Restaurants Canada said a deal signed in 2000 to divvy up how beer is sold in Ontario between the LCBO and Beer Store "restricts competition and inflates the price of beer in restaurants, bars and pubs."
The two retail alcohol outlets signed a government-prepared operating agreement that dictates that the LCBO only sell six packs of beer, while the Beer Store sells more cost-effective 12- and 24-packs.
This ultimately harms the consumer, according to Restaurants Canada.
The Beer Store is privately owned by three major multinational brewers, AB InBev, Molson Coors and Sapporo, known as Canada's National Brewers. It handles 79 per cent of beer sales in Ontario, according to the province.
The LCBO or Liquor Control Board of Ontario is government-owned and produces revenue upwards of $4.9 billion per year, with a $1.7 billion dividend returned to the government of Ontario.
“We have known of the existence of an agreement for years, but we did not know the depth of the complicity. This agreement fixes prices, territories and products,” says James Rilett, Ontario Vice President for Restaurants Canada.
The Competition Bureau is an independent law enforcement agency that enforces a fair level of competition in the Canadian marketplace. It has previously declined to look into claims the Beer Store was in violation of its competition rules.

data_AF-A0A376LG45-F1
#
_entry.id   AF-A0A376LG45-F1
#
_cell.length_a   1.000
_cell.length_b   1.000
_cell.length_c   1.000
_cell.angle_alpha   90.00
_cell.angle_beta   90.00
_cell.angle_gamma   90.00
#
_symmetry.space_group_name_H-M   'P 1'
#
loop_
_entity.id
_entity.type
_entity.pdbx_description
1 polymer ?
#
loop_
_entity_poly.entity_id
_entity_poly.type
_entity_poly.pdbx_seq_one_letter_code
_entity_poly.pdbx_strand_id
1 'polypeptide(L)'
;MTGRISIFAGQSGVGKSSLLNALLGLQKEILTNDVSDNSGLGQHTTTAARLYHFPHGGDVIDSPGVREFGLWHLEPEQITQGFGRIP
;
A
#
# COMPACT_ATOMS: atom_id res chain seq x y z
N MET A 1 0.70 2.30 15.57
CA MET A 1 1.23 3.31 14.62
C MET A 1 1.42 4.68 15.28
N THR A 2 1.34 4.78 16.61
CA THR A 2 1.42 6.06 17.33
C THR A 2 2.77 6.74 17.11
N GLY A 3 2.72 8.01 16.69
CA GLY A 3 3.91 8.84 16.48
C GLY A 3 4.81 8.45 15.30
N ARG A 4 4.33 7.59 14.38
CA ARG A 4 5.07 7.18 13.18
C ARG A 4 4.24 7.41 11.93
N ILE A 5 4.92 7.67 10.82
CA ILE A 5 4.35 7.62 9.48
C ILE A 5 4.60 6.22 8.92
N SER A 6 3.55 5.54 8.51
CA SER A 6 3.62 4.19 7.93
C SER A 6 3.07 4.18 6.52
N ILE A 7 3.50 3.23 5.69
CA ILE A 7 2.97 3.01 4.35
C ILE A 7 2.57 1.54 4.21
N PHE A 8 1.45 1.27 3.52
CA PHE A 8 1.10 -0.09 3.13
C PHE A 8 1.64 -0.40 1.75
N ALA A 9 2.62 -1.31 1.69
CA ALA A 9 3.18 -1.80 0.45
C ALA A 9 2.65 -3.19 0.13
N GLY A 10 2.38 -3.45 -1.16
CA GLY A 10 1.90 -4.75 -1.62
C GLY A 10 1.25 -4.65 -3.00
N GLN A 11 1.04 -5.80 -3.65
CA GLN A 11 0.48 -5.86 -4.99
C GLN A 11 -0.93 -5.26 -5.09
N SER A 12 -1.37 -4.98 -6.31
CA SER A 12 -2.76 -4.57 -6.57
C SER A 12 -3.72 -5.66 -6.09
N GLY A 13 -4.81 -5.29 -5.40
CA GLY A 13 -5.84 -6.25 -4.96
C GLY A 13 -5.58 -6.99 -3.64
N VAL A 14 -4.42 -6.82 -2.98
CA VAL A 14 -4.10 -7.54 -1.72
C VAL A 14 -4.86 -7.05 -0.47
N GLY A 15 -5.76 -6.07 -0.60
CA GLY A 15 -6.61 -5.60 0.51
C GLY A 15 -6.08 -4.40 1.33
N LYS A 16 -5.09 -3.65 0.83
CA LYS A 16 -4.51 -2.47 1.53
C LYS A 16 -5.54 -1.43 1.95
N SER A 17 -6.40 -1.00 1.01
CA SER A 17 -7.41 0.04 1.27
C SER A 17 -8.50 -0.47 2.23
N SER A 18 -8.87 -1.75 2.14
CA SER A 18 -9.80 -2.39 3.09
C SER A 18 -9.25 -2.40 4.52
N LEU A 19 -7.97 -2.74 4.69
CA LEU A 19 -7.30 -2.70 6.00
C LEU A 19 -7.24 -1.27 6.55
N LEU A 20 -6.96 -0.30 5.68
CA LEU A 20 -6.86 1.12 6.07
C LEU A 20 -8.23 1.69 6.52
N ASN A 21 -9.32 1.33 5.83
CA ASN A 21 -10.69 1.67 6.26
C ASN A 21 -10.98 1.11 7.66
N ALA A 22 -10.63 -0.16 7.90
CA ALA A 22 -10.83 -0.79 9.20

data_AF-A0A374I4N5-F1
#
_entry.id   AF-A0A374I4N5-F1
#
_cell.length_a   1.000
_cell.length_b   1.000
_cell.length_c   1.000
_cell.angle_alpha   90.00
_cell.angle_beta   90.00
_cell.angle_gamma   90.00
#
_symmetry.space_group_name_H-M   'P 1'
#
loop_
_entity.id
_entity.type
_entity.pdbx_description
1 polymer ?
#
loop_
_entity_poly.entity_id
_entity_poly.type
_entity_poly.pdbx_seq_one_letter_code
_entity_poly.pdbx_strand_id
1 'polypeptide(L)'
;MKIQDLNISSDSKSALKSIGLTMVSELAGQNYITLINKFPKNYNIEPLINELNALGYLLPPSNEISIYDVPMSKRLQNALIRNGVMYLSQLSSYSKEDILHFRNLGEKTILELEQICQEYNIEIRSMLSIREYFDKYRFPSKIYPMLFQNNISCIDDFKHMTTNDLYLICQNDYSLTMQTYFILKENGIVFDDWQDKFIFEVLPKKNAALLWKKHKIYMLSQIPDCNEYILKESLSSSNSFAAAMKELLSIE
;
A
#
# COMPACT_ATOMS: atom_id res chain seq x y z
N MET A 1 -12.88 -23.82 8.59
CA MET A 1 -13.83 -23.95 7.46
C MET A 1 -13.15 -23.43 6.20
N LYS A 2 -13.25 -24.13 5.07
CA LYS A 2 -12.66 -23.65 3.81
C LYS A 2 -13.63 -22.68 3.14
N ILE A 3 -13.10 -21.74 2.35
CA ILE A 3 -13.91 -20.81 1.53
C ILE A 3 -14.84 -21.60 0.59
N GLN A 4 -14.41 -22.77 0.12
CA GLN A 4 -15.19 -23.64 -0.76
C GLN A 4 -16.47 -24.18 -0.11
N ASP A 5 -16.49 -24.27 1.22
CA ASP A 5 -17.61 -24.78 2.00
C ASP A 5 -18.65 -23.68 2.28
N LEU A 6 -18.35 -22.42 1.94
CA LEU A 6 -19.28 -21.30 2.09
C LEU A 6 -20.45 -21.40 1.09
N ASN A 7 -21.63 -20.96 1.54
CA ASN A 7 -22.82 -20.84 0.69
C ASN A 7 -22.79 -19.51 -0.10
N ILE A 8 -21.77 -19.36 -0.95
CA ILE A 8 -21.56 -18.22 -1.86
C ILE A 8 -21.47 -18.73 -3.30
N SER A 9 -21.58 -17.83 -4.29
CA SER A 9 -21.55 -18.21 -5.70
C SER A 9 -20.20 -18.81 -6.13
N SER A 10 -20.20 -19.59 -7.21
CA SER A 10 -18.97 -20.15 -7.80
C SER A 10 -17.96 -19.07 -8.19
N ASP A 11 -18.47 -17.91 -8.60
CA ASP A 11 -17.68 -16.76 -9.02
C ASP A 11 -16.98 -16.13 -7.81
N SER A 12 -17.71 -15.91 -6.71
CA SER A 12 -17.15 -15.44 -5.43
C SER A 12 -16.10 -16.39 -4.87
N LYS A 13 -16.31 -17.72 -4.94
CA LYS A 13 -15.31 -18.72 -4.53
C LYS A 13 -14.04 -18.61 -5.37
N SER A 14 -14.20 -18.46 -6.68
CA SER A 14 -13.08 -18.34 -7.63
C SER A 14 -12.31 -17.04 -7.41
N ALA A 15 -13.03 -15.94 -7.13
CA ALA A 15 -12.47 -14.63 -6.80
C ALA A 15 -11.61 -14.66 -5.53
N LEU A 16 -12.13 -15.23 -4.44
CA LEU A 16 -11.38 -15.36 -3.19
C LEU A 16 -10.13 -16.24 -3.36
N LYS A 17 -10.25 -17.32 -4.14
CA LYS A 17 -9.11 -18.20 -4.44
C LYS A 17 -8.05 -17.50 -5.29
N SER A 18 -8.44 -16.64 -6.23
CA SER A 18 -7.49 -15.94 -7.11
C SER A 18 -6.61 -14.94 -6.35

"Ontarians need a neutral third party to look into this secretive agreement,” says Rilett.
The Competition Bureau is governed by a mandate that Restaurants Canada argues applies to the LCBO-Beer Store agreement. That includes:- Promote the efficiency and adaptability of the Canadian economy.
- Ensure that small and medium-sized enterprises have an equitable opportunity to participate in the Canadian economy.
- Provide consumers with competitive prices and product choices.
Restaurants Canada represents 30,000 food service businesses in the country. It has long despised the liquor distribution in Ontario.
The association is also calling on the government to immediately cancel the agreement, calling it a "non-compete agreement."Suggest a correction